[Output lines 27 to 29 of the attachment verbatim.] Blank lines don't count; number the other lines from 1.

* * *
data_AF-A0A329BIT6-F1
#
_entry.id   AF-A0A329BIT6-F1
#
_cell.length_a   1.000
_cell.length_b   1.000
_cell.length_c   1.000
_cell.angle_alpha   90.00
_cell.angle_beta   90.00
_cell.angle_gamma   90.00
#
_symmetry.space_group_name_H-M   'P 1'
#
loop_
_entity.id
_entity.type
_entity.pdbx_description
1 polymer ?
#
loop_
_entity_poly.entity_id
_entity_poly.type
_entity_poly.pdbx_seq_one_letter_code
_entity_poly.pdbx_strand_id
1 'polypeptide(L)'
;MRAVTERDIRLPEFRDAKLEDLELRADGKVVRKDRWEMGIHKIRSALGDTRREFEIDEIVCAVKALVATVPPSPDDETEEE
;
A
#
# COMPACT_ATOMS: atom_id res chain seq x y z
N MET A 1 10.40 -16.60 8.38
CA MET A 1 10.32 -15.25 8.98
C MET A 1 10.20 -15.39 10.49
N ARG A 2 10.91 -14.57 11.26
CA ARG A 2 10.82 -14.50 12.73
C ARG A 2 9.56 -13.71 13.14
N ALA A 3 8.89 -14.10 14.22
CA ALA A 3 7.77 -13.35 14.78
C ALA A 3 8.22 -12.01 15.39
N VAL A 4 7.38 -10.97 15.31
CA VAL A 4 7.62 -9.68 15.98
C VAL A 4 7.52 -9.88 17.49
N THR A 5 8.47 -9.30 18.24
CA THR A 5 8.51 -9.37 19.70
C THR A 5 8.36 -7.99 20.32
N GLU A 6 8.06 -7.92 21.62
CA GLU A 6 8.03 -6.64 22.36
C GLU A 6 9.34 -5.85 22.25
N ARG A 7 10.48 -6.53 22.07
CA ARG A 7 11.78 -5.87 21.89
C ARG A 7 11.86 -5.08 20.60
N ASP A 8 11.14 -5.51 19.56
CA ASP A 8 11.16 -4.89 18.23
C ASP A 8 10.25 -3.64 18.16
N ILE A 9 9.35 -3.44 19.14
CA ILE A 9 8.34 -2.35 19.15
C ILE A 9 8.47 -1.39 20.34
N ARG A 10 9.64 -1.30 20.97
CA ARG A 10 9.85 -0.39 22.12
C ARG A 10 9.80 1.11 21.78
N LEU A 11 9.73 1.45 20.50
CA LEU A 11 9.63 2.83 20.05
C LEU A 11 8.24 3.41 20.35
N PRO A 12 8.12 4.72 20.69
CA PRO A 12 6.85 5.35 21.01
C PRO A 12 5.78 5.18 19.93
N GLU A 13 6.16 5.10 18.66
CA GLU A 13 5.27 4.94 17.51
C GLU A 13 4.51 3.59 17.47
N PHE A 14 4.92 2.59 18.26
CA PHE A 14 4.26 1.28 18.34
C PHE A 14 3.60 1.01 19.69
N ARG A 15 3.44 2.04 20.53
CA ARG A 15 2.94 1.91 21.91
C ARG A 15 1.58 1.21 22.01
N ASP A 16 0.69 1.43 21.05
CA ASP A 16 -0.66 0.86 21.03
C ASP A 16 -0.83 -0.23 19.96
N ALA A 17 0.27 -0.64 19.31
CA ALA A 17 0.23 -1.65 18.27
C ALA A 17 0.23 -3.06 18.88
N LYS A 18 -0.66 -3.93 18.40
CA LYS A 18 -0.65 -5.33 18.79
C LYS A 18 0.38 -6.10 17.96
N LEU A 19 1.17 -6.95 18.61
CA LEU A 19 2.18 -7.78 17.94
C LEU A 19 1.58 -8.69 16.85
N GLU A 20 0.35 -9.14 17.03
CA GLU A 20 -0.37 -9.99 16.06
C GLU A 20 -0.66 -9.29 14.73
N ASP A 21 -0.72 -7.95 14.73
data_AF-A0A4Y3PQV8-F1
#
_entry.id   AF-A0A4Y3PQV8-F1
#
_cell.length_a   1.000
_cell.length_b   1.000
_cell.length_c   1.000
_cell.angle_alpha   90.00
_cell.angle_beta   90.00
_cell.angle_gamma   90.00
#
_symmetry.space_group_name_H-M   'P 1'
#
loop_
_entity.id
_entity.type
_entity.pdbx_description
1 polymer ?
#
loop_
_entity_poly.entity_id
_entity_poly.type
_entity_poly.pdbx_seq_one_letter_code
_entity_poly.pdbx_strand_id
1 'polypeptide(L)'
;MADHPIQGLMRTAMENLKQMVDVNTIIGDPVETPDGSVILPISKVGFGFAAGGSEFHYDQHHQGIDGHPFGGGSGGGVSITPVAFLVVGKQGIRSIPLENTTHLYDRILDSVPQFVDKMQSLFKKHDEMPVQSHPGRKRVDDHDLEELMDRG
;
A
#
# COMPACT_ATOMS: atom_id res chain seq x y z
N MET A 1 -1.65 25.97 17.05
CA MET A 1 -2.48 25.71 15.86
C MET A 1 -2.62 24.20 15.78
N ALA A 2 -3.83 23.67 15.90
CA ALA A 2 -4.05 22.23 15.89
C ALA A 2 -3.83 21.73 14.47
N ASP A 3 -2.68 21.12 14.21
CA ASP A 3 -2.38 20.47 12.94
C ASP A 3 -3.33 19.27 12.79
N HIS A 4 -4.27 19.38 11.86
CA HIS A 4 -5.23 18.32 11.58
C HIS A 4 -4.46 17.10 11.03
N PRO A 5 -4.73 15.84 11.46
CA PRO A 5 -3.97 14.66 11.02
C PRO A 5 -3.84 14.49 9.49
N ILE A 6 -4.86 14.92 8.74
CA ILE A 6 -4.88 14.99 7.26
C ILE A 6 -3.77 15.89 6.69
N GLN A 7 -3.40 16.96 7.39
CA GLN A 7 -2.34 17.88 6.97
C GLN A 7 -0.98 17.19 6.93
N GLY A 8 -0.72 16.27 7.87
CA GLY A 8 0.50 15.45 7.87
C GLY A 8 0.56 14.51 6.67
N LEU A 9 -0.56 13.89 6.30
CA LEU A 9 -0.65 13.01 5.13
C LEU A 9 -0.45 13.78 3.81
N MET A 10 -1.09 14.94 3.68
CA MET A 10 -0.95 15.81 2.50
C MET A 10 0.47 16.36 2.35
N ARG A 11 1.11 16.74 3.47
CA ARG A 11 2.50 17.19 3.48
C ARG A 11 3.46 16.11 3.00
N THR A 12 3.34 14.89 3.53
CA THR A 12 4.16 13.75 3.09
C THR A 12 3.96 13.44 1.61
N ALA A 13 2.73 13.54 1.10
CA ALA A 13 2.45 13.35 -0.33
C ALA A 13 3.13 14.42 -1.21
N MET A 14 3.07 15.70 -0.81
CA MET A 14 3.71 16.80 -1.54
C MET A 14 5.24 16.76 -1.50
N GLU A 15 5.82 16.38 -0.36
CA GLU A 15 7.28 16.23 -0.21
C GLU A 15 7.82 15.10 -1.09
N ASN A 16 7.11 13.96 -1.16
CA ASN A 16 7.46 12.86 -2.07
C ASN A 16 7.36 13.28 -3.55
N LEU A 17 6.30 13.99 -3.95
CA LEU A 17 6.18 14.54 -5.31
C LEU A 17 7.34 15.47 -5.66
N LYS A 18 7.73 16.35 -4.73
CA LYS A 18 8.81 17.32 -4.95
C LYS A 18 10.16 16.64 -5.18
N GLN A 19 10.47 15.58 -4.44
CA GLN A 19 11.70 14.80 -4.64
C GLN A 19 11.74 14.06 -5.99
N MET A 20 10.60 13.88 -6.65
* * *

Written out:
;
A
#